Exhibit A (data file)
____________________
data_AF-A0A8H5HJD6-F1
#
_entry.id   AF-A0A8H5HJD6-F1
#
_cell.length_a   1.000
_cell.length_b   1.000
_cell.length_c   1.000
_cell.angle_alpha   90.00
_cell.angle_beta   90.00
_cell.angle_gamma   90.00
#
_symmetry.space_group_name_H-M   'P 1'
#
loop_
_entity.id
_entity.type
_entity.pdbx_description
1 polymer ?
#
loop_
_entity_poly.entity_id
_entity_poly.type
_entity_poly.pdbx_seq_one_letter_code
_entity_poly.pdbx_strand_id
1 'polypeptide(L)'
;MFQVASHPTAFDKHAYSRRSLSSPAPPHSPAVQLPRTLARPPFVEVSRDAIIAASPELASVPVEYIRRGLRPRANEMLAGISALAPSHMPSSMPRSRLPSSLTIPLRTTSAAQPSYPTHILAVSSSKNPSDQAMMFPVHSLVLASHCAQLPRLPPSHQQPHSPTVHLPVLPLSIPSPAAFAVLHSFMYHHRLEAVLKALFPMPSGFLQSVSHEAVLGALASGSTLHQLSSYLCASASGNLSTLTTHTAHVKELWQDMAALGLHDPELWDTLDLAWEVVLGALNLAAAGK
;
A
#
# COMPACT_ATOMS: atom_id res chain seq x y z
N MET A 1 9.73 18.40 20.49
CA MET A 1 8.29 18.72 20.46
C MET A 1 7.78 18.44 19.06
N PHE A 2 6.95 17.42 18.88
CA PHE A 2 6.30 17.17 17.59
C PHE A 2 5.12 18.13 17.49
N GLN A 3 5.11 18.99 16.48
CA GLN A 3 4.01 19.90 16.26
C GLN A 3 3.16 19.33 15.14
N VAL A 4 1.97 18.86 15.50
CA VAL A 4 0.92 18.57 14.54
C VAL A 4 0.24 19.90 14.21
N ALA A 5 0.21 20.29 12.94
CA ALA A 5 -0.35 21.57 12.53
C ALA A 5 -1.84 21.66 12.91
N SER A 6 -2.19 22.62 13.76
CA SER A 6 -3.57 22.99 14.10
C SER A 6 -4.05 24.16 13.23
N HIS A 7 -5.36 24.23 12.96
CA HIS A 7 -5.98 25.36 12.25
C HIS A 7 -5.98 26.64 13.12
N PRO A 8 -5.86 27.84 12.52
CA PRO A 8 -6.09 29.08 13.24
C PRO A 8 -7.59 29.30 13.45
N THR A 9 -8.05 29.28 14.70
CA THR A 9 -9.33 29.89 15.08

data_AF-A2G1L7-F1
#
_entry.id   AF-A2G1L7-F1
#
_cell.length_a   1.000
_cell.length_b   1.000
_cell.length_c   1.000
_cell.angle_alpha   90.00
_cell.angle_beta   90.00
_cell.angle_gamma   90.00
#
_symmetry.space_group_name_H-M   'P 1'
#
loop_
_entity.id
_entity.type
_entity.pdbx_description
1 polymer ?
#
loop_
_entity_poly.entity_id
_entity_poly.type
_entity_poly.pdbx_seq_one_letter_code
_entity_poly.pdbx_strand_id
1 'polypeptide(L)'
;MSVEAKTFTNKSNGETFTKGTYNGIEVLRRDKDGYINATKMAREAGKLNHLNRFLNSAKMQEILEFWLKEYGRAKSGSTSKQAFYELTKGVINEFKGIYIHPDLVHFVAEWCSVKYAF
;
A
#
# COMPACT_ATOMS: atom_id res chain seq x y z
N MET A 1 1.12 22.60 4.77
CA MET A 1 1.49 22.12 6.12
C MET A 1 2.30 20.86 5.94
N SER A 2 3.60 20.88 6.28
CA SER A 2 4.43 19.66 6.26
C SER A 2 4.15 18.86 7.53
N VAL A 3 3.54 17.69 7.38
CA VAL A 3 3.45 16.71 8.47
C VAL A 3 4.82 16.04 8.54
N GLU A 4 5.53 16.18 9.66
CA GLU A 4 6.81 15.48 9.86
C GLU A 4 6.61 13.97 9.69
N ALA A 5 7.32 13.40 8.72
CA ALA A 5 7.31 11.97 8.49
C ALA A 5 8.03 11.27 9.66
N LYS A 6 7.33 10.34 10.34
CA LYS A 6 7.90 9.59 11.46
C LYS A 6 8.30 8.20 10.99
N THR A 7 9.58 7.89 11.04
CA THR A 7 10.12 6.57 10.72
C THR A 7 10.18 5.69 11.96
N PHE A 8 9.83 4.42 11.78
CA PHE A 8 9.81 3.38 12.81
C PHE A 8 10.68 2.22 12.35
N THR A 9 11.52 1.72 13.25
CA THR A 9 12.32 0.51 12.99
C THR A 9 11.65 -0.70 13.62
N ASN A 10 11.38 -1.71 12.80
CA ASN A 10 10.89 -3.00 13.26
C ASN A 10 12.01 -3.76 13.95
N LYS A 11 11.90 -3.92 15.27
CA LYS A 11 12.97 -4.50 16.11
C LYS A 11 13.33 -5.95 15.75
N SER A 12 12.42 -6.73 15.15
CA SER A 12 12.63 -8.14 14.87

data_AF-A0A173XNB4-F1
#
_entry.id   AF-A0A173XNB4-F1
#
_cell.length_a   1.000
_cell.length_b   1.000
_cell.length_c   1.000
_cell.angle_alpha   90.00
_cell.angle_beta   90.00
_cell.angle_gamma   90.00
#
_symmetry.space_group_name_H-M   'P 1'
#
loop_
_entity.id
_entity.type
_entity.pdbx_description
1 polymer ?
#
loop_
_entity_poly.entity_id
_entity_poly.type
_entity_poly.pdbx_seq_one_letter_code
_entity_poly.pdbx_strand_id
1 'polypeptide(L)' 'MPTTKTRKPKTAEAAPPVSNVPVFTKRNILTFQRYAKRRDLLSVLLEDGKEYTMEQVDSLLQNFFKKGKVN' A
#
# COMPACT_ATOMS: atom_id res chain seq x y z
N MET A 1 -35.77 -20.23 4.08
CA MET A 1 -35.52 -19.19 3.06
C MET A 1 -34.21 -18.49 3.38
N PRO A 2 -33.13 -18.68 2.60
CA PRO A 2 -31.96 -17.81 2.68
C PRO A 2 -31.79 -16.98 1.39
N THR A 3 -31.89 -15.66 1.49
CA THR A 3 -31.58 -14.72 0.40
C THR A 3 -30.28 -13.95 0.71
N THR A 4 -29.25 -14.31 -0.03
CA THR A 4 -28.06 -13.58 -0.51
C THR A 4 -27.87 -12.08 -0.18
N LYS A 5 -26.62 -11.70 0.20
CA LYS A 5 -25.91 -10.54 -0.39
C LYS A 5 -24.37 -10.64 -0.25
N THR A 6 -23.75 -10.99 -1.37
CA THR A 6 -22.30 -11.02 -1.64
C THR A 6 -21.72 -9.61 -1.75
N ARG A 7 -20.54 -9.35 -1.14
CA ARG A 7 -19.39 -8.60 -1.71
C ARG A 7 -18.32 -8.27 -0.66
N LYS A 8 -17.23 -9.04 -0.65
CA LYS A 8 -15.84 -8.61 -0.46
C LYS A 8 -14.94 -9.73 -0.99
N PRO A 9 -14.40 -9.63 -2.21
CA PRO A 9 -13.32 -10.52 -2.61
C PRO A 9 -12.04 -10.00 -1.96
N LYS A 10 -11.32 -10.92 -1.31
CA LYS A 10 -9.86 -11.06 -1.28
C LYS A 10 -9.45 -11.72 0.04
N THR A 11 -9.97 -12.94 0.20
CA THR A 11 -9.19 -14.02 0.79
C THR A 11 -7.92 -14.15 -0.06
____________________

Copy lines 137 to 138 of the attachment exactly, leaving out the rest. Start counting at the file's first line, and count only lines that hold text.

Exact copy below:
_entity.type
_entity.pdbx_description